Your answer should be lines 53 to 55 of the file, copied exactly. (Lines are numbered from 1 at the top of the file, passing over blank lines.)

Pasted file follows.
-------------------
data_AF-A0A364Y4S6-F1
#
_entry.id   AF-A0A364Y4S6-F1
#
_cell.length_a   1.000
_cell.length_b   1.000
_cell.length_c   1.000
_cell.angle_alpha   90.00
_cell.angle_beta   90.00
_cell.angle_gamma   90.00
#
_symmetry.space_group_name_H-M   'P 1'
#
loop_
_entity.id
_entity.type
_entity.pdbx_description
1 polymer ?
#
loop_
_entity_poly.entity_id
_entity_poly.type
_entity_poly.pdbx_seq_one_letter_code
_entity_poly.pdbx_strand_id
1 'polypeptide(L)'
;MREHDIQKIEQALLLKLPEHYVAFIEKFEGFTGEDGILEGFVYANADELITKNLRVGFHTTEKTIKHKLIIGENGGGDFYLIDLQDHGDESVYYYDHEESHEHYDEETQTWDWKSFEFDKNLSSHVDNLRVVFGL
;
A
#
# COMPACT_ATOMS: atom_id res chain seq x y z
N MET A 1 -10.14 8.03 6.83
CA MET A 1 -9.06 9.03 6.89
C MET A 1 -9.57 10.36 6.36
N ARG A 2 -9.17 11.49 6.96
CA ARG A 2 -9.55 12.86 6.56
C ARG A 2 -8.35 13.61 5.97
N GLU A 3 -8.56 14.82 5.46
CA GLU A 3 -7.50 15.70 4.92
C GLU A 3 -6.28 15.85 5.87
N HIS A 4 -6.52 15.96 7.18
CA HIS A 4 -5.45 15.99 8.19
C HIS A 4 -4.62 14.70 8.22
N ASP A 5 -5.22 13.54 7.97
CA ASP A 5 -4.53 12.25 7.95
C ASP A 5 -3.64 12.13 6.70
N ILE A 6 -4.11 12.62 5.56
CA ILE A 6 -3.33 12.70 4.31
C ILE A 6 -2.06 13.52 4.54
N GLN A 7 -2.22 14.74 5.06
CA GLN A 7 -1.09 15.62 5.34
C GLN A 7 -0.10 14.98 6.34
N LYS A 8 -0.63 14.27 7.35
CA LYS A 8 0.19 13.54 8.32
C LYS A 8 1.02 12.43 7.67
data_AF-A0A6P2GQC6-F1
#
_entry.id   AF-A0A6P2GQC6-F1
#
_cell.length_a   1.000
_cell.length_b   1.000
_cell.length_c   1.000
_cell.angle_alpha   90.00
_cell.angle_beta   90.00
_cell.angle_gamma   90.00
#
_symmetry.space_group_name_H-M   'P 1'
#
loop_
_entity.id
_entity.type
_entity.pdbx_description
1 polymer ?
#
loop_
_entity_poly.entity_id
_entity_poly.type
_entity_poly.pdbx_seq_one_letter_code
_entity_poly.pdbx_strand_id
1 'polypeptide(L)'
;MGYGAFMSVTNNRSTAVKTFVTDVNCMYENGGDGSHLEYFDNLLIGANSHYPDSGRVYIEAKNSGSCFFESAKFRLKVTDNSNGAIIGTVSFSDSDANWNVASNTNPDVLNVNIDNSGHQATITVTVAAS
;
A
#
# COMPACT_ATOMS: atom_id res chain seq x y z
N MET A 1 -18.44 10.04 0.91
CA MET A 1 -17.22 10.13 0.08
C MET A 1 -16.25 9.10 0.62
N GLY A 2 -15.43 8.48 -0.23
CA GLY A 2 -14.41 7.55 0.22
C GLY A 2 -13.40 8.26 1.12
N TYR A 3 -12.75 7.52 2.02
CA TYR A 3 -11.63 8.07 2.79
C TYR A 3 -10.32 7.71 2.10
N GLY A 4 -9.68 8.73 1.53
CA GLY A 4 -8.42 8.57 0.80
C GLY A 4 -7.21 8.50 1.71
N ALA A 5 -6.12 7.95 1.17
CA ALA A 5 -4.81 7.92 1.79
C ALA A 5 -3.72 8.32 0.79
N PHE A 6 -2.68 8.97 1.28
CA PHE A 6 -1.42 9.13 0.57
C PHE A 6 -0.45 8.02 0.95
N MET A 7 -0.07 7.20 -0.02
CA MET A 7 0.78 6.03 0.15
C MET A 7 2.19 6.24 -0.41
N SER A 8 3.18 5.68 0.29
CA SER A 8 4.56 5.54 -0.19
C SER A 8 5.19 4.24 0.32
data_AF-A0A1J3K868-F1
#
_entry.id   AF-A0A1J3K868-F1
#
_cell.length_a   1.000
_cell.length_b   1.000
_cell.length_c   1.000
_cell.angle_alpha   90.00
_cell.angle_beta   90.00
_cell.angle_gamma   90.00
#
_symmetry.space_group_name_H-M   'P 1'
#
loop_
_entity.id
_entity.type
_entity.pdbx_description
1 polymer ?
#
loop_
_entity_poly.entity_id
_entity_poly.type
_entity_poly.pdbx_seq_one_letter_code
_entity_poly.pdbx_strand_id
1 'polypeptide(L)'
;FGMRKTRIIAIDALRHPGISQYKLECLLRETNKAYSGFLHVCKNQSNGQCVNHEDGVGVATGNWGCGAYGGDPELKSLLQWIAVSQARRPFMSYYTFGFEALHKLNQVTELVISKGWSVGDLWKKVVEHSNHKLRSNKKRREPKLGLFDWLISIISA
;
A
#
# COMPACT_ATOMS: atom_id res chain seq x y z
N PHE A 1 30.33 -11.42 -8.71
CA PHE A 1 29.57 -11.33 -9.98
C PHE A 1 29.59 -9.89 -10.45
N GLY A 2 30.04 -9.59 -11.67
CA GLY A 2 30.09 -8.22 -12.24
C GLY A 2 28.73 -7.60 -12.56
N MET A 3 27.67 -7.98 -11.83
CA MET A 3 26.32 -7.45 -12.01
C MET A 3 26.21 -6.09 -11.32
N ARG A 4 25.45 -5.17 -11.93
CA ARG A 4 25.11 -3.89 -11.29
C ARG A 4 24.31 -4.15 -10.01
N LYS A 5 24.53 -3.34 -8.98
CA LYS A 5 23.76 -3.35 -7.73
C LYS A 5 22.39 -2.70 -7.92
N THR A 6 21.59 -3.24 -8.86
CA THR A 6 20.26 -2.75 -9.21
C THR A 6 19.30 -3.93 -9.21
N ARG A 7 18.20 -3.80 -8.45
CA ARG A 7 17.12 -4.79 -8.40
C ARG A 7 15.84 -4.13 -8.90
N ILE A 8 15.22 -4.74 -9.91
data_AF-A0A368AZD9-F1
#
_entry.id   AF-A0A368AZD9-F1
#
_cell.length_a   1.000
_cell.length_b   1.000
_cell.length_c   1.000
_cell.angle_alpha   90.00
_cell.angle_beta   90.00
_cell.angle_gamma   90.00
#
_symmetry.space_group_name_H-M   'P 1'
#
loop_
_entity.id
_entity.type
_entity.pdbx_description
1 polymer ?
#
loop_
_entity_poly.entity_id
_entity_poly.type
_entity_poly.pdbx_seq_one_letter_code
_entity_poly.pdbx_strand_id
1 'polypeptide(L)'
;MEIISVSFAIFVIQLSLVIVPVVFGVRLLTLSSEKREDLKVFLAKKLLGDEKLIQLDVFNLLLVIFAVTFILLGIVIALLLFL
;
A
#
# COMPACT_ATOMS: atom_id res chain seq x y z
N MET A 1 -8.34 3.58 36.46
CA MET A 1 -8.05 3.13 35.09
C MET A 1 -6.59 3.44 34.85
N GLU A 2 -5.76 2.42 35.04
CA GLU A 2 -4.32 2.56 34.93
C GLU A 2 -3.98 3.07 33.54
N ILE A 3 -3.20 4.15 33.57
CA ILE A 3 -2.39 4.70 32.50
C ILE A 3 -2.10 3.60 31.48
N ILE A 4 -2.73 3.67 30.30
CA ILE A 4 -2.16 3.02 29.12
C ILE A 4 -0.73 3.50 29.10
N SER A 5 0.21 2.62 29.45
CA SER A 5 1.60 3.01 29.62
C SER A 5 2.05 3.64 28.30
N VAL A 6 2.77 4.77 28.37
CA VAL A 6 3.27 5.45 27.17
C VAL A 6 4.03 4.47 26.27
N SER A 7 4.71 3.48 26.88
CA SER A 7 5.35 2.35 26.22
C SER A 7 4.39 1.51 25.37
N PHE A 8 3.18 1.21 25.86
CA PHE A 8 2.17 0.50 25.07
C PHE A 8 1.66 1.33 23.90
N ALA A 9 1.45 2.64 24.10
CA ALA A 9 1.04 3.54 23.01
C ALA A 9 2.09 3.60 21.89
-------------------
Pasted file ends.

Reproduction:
CA LYS A 8 0.19 13.54 8.32
C LYS A 8 1.02 12.43 7.67
data_AF-A0A6P2GQC6-F1